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Hoop dreams: Today is Martin Luther King Jr. Day — the day when we celebrate the life of history’s greatest American. With that in mind, reader Gerry Dincher found this 1962 photo of King giving a speech — an early version of his famous “I have a dream” speech — at the gymnasium of Booker T. Washington High School in Rocky Mount, N.C. I love that they let the basketball hoop stick out through the curtains, and it looks like the old scoreboard was a beauty.

King would have turned 90 this year. It’s incredible to think he was only 39 — 39! –when he was assassinated in 1968 (or to put it another way, paraphrasing the great Tom Lehrer, when King was my age, he’d been dead for 15 years). Think how much more he could have accomplished, and how different the world might be. What a waste.

The full story of the Rocky Mount gymnasium speech, including an audio excerpt from it, is available here.

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Fun with Post-its: There’s a very large ad at the South Station Red Line stop in Boston. A few days ago Uni Watch reader Justine DeCotis noticed that the ad frame was empty, which had prompted someone to leave a Post-it message. Let’s take a closer look:

I swear it wasn’t me.

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ITEM! Your input is requested: When I ordered the inventory for the flex-fit Uni Watch Alternate Cap, I misjudged the size breakdown. We sold out of the L/XL last month, but we still have 94 left of the S/M caps (which, with the flex-fit factor, are roughly the equivalent of sizes 6-3/4 through 7-1/8).

For logistical reasons not worth explaining here, my supplier will not be able to do the fulfillment on this remaining inventory. I figured I could try to sell and ship them myself at a cut-rate price, so I asked my supplier to just ship them to me. Unfortunately, the supplier is based in California, so the shipping is expensive — around $100 via UPS Ground.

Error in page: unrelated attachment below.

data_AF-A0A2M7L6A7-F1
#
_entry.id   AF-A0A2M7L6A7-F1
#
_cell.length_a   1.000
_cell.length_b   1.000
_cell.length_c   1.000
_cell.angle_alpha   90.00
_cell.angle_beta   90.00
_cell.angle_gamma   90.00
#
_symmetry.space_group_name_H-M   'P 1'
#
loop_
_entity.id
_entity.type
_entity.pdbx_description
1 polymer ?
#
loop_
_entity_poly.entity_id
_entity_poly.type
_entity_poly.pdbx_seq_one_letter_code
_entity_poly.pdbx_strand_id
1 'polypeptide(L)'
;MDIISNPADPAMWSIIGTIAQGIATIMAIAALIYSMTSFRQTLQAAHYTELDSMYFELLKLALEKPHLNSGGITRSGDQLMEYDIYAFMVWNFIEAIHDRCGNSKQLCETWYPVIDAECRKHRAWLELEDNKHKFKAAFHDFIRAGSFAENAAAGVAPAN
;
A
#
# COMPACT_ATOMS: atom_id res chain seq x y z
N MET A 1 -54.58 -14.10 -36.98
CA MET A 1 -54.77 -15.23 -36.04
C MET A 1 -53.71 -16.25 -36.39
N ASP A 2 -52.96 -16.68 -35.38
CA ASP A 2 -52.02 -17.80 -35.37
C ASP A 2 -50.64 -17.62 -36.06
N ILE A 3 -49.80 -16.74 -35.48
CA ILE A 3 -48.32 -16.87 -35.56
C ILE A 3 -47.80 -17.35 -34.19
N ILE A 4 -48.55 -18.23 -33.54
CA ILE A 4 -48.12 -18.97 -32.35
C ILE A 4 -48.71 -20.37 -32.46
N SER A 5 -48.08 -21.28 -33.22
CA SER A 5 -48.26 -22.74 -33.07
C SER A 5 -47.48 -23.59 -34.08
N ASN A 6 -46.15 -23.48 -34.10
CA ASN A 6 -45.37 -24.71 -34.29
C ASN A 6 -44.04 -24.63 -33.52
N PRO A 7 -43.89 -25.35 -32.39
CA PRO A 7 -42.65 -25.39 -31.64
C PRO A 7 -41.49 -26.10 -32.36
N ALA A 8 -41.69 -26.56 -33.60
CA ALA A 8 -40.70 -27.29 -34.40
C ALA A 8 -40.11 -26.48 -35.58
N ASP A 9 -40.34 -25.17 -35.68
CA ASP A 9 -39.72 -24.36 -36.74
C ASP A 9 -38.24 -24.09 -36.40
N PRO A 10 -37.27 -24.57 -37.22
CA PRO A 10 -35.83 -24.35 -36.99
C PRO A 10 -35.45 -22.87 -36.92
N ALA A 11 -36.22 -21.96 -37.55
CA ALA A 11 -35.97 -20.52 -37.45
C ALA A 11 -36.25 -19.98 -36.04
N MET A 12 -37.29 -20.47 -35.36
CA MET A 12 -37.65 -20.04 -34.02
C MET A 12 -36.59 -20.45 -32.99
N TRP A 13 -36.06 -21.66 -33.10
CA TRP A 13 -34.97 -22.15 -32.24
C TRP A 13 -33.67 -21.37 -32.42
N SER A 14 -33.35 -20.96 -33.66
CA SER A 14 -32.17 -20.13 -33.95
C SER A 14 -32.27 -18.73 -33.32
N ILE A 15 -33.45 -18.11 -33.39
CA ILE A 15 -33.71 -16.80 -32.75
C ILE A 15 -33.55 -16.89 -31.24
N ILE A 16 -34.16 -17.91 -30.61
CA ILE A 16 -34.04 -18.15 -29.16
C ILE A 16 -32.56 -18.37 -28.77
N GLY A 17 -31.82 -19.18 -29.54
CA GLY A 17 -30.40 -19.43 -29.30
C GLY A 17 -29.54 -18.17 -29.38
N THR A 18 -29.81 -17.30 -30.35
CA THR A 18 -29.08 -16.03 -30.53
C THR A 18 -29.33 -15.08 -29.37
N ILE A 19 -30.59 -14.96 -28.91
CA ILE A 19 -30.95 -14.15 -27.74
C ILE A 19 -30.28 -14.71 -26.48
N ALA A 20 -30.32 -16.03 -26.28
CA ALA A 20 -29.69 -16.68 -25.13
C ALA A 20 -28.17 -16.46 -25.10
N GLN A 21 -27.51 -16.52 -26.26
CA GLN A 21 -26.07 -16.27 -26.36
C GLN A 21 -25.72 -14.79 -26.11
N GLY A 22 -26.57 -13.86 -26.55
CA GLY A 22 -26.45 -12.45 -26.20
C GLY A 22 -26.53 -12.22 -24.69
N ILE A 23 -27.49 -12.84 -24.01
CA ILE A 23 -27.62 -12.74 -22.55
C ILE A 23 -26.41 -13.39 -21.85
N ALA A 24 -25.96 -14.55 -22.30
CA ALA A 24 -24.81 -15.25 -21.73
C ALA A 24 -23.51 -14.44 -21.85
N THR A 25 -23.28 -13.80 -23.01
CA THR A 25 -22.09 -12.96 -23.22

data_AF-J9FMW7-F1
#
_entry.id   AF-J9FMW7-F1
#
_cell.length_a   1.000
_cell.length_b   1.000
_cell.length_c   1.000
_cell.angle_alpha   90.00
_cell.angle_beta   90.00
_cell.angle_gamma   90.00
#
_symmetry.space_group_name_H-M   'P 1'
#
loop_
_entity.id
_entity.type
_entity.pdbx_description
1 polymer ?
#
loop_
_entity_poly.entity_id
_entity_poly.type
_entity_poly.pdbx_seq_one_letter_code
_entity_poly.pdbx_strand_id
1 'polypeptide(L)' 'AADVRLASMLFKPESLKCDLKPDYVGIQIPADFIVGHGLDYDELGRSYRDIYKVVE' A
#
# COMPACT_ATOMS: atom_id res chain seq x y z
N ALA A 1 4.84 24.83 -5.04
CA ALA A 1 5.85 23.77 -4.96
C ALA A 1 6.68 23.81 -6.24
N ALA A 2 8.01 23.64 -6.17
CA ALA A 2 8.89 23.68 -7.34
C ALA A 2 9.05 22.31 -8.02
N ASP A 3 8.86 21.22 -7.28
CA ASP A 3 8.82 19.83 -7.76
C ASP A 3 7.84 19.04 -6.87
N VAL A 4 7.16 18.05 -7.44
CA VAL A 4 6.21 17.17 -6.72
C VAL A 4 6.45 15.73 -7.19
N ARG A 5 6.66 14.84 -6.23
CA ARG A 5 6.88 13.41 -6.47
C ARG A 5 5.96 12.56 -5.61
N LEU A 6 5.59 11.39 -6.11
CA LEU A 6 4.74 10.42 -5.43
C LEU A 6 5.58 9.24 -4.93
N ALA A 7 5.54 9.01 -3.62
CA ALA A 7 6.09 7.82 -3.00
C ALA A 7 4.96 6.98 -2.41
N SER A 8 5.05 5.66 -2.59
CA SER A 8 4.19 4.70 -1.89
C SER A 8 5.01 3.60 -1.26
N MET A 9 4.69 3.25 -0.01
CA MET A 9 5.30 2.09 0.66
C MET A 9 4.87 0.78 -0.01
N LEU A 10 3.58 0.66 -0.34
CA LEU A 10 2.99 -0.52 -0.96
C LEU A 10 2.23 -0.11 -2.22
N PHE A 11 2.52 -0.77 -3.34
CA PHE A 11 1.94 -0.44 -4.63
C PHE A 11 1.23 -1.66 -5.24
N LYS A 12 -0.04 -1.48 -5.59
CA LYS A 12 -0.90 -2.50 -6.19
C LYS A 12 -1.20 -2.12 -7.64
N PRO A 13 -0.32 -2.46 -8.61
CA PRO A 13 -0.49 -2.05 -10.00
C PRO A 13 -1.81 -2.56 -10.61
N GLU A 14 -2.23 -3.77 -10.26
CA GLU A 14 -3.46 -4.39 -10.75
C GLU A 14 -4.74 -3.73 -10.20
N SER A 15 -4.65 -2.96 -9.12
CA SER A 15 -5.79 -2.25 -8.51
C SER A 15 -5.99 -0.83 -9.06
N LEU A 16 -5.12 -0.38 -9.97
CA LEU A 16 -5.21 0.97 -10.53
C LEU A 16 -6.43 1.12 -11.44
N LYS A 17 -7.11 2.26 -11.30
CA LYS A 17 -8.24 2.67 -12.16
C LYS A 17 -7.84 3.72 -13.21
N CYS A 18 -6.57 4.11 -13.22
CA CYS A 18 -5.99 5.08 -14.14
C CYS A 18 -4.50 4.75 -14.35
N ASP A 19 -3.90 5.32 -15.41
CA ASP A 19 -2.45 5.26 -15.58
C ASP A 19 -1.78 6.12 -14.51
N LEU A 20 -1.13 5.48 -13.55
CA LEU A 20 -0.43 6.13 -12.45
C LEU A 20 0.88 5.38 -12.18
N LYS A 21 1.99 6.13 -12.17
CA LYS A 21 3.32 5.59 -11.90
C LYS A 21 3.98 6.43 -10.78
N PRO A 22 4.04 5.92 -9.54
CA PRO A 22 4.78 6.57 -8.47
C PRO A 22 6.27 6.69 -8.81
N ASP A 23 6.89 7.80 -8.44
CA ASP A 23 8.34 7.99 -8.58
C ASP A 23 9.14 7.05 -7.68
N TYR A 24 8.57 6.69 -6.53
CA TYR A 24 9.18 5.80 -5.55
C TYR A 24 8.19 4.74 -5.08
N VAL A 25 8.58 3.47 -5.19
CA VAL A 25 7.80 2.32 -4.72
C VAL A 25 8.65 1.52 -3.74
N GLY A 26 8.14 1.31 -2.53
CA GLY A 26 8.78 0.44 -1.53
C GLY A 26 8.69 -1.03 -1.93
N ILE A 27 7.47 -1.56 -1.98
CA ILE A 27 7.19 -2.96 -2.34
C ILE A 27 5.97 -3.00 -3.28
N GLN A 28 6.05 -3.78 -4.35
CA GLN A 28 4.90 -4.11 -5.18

Now I’m wondering if it’s worth it to have all the caps shipped to me if there isn’t enough demand for them. Like, if I can only sell, say, 25 of the caps, maybe I should only have that many of them shipped to me, so I can cut down on that one-time shipping fee. Or maybe we’ve sold all the S/M caps we’re going to sell and I should just have my supplier donate the remaining stock to charity.

All of which leads to the following question: If I sold these S/M caps for, say, $10.99, plus $4 shipping, how many people would be interested? Would you want to buy one? Would you even pre-order one? If so, please make your voice heard here:

Thanks — I appreciate your input.

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Membership update: I’ve always said that the worst uniforms make the best membership cards, and it’s hard to find a better example of that than Tyler Goldberg’s new card (which is based on, of course, the Mets’ BFBS alternates). That’s one of several new designs that have been added to the membership card gallery. I’ll expect to get the latest batch of printed/laminated cards in the mail toward the end of this week.

I have four slots open in the current batch. So the next four people who sign up will get their cards pretty quickly.

Ordering a membership card is a good way to support Uni Watch (which, quite frankly, could use your support these days). And remember, a Uni Watch membership card entitles you to a 15% discount on any of the merchandise in our Teespring shop. (If you’re an existing member and would like to have the discount code, email me.) As always, you can sign up for your own custom-designed card here, you can see all the cards we’ve designed so far here, and you can see how we produce the cards here.

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The Ticker
By Jamie Rathjen

Baseball News: This picture appears to show Dodgers infielder Manny Machado wearing an Orioles uniform, but with No. 8, his number with the Dodgers. Machado wore No. 13 with the Orioles (from Mark Lackinger). … Here’s a great shot of Kansas City Chiefs QB Patrick Mahomes shagging flies in a Mets uniform during the 2000 World Series, when he was five years old. His father, Pat Mahomes, was a Mets pitcher at the time. … Speaking of the Mets, they’ve decided not to do a Mercury Mets “throwahead” game this season, even though it’s the 20th anniversary of that game.